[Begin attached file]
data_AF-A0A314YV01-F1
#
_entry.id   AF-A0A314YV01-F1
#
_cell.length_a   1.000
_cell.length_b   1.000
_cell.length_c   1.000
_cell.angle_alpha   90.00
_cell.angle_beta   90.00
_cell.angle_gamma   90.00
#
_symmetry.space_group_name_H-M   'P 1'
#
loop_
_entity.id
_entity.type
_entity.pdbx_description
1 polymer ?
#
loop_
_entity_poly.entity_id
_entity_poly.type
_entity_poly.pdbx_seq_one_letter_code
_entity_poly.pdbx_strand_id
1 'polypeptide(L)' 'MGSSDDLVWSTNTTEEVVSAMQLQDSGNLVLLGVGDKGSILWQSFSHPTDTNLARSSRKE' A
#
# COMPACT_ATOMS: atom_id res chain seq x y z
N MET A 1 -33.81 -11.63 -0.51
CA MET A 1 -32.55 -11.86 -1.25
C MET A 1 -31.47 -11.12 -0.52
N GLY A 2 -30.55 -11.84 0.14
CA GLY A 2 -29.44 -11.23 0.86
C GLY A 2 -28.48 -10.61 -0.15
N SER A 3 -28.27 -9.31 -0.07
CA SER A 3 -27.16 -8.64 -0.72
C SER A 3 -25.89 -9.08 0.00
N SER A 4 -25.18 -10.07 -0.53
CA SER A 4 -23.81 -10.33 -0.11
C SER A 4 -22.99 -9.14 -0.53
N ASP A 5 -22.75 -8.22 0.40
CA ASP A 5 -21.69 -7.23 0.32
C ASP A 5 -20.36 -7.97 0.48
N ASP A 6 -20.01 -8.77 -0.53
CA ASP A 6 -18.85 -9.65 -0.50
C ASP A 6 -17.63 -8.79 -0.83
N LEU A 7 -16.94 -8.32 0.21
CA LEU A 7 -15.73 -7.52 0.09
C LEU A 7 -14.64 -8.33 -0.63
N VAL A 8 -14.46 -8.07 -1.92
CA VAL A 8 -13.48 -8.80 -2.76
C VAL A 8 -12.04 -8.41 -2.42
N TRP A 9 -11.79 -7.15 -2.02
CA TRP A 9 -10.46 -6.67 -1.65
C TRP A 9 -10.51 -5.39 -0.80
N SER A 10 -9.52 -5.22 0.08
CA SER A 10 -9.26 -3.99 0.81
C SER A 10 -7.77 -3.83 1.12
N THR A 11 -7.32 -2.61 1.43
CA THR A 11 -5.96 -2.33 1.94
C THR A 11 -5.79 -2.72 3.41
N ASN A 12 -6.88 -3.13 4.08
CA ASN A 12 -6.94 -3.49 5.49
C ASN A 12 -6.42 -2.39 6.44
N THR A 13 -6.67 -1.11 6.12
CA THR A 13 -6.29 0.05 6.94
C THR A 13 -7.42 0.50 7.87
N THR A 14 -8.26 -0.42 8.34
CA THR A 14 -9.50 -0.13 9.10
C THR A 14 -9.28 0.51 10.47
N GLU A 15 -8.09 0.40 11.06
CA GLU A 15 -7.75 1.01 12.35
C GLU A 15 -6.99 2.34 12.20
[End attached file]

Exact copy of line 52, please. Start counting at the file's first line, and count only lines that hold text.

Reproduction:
N TRP A 9 -11.79 -7.15 -2.02